|Spacecraft bus dimensions||1.5 x 1.8 x 1.4 m|
|Thrust of main spacecraft engine||400 N|
|Propellant tanks volume||
|Pointing accuracy||Better than 0.5°|
|Solar array area||11.42 m²|
|Lithium batteries||3 at 22.5 Amp hours each (at launch)|
Most of the energy needed to propel Mars Express from Earth to Mars was provided by the three-stage Soyuz/Fregat launcher. The Fregat upper stage separated from the spacecraft after placing it on a Mars-bound trajectory.
The spacecraft used its on-board means of propulsion solely for orbit corrections and to slow the spacecraft down for Mars orbit insertion.
The main engine on the underside of the spacecraft body (or 'bus') was capable of delivering a force of 400 Newtons, and was used to reduce the speed of the spacecraft by 2880 kilometres per hour in 30 minutes (400 Newtons is equivalent to the force needed on Earth to suspend a 40 kilogram weight above the ground). The main engine was deactivated after Mars Express reached its operational orbit.
Subsequent small orbit changes have been made using its eight 10 Newton thrusters, attached to the bottom corners of the spacecraft bus.
The spacecraft uses four ‘reaction wheels’ to control its attitude (orientation in space) to point its instruments towards areas of scientific interest on Mars and its moons, or to point its high gain antenna towards Earth for communication. The reaction wheels are flywheels; each one can be used to turn the spacecraft in a particular direction by increasing the rotation of the wheel in the opposite direction.
The 10 Newton thrusters are used to regularly to reduce, or ‘dump’ angular momentum from the reaction wheels and can also be used to control the attitude of the spacecraft in emergencies.
The spacecraft has six laser gyros and two star trackers, which it uses to precisely measure its attitude and which are then used by the on-board computers to command the reaction wheels to accurately point the spacecraft’s instruments or the high gain antenna at 35-metre dishes on Earth, up to 400 million kilometres away. The spacecraft also has two coarse Sun sensors, which can be used to point the solar arrays at the Sun in an emergency.
This is provided by the spacecraft's solar panels which were deployed shortly after launch. When Mars is at its maximum distance from the Sun (aphelion), the solar panels are still be capable of delivering more than 500 Watts (equivalent to a typical washing machine), which is enough to meet the spacecraft’s normal requirements.
When the spacecraft periodically passes into the shadow of Mars (eclipse), three lithium-ion batteries previously charged from the solar panels, provide power to the spacecraft. The batteries had a capacity of 67.5 Amp hours (capacity to provide 1A for 67.5 hours, or equivalent) at the time of the launch of the spacecraft, but now due to aging only retain about half of this capacity.
The circular dish attached to one face of the spacecraft bus is a 1.6-metre diameter high-gain antenna, for receiving and transmitting radio signals. The data transfer rate depends on the distance between Earth and Mars which changes quite dramatically during the martian year. The time to send a signal to Mars Express over this period changes from around 4 mins to 25 mins. This results in a data rate of 228kps at closest approach to 57kbps when the planets are furthest apart.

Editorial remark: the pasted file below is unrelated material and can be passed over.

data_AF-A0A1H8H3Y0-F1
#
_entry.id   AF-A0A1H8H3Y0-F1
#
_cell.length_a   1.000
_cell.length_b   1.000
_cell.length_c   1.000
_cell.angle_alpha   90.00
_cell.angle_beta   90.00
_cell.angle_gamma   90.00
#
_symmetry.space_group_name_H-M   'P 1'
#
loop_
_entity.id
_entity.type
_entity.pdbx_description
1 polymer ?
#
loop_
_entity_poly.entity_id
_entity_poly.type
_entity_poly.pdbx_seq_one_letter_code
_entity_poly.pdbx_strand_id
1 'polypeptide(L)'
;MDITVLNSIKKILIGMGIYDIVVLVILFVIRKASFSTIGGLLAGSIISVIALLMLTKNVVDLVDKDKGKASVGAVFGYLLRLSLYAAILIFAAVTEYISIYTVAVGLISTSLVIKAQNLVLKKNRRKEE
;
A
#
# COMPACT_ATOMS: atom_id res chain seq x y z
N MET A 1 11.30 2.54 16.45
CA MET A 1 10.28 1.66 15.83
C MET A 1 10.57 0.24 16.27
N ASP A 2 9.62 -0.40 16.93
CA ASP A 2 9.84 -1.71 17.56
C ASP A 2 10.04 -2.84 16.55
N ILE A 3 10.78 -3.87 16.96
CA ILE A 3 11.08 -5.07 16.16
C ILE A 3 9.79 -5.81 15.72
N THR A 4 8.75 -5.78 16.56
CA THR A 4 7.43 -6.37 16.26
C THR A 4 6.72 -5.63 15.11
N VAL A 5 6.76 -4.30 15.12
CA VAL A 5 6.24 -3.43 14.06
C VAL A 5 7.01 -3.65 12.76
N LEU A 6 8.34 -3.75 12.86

The spacecraft also has two low gain antennas, which were used when it was close to Earth and can still be used for communications in an emergency.
As scientific data cannot be transmitted back to Earth as soon as they are collected, they are stored in the spacecraft mass memory until transmission is possible. The mass memory has 12 Gbits of solid-state storage capacity (approx. 1.5 Gbytes).
The onboard computers interpret and distribute the commands received from the Earth, control all aspects of the spacecraft functioning including switching instruments on and off, assessing the spacecraft orientation in space and issuing commands to change it. The onboard software is also responsible for monitoring the health of key spacecraft systems and intervening if issues occur. Intervention can range from simply switching off a piece of equipment or activating a back-up unit, all the way through to putting the spacecraft into ‘safe mode’ where it will shut down all non-essential systems, turn towards the Sun to ensure it has power before finally pointing the antenna at the Earth and turning on the transmitter. This ensures the spacecraft is in a safe and stable configuration allowing the operations team to diagnose the problem and recover and resume the science mission.
The spacecraft must provide a benign environment for the instruments and on-board equipment. Two instruments, PFS and OMEGA, have infrared detectors that need to be kept at very low temperatures (about -180°C). The sensors on the camera (HRSC) also need to be kept cool. But the rest of the instruments and on-board equipment function best at room temperatures (10-20°C).
The spacecraft is wrapped in multi-layer insulation (MLI) thermal blankets and has heaters to keep the interior at 10-20°C. The instruments that need to be kept cold are thermally insulated from the warm interior of the spacecraft and have active coolers and radiators that lose heat to space.